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Two Steps Forward, One Step Back in Bosnia & Herzegovina: A Buzz Interview with Nikolina Bajic of BDK Advokati

Two Steps Forward, One Step Back in Bosnia & Herzegovina: A Buzz Interview with Nikolina Bajic of BDK Advokati

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Legislative updates across the board in Bosnia & Herzegovina – with talks of criminalizing defamation, introducing electronic money, and overhauling the renewable energy framework – keep lawyers talking, according to Nikolina Bajic, Attorney at Law in cooperation with BDK Advokati.

“A contentious debate is brewing in Republika Srpska that could have far-reaching implications for all Bosnia & Herzegovina, centering on the issue of defamation,” Bajic begins. “In a surprising move in March, the RS government proposed that defamation should once again be treated as a criminal offense, reversing the significant progress made in 2003 when it was decriminalized.” Specifically, Bajic reports that four new criminal offenses including “insult, defamation, disclosure of personal and family information, and public humiliation based on race, religion, or nationality are being discussed. The penalties associated with these offenses are notably steep.”

Bajic adds that these proposed amendments are an alarming blow to the freedom of expression in RS, “especially considering the already substantial pressure exerted by the government on the media. Lawyers, media professionals, and politicians are engaged in heated debates, recognizing the threat this poses to the fundamental right of free speech,” she says, noting the EU has expressed its strong disapproval of these developments.

“The Minister of Justice has promised to take some suggestions from the public debates into account, although it remains unclear which suggestions will be considered and to what extent they will influence the final decision,” Bajic continues. “If the intention is truly to take a legislative step back, it is crucial that it be done thoughtfully and not through heavy-handed measures. Especially so with citizens being increasingly prepared to voice their concerns and objections, buoyed by recent regional events that have inspired a heightened sense of activism.”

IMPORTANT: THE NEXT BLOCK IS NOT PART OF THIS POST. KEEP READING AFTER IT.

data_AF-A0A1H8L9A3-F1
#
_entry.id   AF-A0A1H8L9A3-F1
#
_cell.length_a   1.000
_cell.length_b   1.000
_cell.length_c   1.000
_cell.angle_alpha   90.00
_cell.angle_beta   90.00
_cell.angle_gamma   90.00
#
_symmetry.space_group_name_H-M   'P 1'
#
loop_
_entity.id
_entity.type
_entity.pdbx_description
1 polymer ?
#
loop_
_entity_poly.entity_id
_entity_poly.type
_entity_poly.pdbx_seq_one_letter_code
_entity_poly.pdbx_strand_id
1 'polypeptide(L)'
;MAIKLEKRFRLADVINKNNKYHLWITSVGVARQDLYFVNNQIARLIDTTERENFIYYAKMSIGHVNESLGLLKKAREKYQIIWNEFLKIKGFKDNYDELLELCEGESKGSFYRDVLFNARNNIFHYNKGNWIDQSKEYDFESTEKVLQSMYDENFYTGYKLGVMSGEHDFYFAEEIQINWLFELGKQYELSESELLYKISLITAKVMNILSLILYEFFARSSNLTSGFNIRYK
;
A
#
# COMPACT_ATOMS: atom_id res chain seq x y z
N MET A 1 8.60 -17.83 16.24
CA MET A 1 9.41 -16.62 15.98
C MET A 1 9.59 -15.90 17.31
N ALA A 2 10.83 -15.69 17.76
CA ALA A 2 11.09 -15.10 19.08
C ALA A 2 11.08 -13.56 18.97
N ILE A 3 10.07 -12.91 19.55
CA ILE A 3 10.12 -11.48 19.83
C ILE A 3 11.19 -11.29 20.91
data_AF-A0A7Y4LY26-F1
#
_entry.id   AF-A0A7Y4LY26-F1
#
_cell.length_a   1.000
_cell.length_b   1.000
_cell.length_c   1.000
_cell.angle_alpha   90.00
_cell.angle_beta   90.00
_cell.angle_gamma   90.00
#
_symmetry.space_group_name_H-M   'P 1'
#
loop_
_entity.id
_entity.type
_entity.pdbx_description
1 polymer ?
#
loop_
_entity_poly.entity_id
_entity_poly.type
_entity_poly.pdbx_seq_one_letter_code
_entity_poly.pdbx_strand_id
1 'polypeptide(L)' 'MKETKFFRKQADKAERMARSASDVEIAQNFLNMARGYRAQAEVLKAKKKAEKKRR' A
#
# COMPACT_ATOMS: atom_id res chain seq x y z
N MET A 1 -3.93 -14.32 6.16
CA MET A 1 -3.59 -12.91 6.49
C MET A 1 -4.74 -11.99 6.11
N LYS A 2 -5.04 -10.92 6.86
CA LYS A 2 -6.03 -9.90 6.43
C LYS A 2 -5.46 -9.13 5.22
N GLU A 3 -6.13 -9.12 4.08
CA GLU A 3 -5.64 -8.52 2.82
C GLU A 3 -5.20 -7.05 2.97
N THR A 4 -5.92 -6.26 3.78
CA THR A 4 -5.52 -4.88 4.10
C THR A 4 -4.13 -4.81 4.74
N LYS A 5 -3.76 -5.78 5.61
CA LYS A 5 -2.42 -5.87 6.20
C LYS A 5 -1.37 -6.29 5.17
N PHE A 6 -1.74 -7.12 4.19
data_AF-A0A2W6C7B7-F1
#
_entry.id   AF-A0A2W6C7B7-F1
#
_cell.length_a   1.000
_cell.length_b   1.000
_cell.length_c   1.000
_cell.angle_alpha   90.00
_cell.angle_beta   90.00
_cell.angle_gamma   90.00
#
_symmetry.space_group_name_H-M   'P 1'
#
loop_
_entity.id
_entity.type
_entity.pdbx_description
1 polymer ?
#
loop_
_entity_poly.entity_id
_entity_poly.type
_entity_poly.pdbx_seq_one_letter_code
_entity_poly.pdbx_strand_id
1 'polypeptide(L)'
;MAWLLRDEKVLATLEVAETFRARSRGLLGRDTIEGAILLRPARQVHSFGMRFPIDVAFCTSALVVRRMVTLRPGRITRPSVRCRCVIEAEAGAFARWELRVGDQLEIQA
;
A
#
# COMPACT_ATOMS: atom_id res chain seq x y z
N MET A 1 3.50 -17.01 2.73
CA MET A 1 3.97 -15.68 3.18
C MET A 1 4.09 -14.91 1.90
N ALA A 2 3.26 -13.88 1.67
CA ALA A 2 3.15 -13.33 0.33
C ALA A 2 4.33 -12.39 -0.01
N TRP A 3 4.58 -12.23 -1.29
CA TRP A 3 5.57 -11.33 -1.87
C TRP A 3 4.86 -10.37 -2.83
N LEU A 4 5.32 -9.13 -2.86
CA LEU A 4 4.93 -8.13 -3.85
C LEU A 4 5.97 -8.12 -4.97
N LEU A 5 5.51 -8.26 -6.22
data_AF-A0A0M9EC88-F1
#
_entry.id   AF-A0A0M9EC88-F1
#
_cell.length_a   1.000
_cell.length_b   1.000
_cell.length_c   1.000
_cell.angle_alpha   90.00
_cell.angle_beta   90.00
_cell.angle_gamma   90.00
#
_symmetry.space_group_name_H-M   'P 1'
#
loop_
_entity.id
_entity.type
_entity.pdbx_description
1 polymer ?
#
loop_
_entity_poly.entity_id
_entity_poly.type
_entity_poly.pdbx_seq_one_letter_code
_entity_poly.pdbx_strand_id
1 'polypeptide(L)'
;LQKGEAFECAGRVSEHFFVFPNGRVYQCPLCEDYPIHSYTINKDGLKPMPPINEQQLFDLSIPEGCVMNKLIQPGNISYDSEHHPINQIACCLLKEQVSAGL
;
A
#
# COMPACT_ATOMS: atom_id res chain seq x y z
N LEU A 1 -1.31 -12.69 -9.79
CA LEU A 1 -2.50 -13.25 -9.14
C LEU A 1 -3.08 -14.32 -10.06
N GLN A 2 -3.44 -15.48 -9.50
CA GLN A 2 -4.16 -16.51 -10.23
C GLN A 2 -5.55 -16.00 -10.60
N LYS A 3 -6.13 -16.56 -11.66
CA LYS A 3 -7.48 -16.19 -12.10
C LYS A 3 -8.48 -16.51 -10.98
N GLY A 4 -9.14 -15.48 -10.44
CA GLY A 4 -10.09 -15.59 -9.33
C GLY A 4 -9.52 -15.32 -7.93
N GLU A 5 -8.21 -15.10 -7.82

Another interesting legislative development in Republika Srpska, according to Bajic, is that “in a move to keep pace with the rapid growth of modern financial services, the government is set to pass a law on electronic money, a concept yet to be embraced in Bosnia & Herzegovina.” Although still in the draft stage, this legislation aims to establish a framework for the issuance of electronic money for banks and microcredit organizations throughout the country. “The draft also introduced specialized companies that will be authorized to issue electronic money,” Bajic notes.

However, as this groundbreaking legislation approaches implementation, questions arose regarding the country's “preparedness for such a significant shift. Bosnia & Herzegovina is still grappling with e-document and e-signature challenges, making the introduction of electronic money an additional hurdle to overcome,” Bajic opines. “The operational capacity necessary to support this new financial landscape remains a concern, and devising a functional framework for its seamless operation could be a daunting task.”

Finally, Bajic reports that, after a while, the “Federation has formed a new government. One of the first items on its agenda is an update of the renewable energy framework.” This change comes after the adoption of a progressive law on renewable energy by RS in 2022, which left the “Federation reliant on an outdated 2014 law. The proposal includes a fresh framework and improved technical infrastructure designed to support the development of renewable energy sources as well as an overhauled incentive system ensuring the equitable allocation of incentives for both small and large producers,” Bajic explains. “With the potential to reduce carbon emissions, enhance energy efficiency, and contribute to a greener future, the pending renewable energy law holds considerable importance in the Federation's transition towards a more sustainable energy system,” she concludes.

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